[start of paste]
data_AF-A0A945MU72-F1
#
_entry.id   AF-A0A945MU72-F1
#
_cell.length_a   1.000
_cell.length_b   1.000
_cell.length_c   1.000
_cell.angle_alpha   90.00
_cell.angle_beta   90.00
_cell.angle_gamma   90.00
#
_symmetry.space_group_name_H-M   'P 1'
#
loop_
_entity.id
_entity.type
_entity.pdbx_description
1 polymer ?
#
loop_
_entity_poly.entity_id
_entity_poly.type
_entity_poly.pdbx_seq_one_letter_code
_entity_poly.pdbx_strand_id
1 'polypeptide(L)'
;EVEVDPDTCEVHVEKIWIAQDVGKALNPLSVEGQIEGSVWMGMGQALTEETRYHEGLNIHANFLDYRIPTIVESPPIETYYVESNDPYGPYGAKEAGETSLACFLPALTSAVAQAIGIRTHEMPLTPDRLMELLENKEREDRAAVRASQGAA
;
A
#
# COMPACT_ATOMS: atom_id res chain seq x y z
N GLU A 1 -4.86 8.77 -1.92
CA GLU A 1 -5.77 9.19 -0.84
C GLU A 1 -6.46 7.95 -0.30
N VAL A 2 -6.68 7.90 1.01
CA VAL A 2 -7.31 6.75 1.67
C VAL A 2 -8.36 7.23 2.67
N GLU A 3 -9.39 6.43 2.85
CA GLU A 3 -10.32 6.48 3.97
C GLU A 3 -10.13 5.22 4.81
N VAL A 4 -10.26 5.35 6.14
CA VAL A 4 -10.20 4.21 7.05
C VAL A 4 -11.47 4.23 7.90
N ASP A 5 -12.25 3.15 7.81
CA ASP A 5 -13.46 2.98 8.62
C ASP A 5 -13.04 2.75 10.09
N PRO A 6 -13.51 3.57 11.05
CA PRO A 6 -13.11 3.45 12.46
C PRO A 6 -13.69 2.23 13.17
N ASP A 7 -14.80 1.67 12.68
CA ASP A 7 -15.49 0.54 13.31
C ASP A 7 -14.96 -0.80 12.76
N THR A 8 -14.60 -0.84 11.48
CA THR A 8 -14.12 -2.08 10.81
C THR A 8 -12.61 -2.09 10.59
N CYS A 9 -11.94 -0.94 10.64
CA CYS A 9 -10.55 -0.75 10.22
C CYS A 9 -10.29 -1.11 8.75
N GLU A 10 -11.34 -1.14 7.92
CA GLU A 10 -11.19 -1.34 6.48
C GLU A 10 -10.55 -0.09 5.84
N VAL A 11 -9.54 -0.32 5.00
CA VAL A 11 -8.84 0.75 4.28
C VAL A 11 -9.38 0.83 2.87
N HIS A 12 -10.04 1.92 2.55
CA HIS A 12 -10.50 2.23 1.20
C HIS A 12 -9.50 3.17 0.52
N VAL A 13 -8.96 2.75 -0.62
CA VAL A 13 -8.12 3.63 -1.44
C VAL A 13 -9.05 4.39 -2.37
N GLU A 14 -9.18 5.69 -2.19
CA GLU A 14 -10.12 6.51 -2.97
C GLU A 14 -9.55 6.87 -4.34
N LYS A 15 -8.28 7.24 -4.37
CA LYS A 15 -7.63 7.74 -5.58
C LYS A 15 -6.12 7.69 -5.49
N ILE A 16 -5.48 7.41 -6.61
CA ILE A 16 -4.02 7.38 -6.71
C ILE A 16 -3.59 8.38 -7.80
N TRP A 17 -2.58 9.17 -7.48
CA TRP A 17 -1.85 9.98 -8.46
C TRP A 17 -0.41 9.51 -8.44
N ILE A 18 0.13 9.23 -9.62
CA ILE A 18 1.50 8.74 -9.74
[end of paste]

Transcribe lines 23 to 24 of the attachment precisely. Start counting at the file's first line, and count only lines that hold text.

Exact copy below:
_entity_poly.pdbx_seq_one_letter_code
_entity_poly.pdbx_strand_id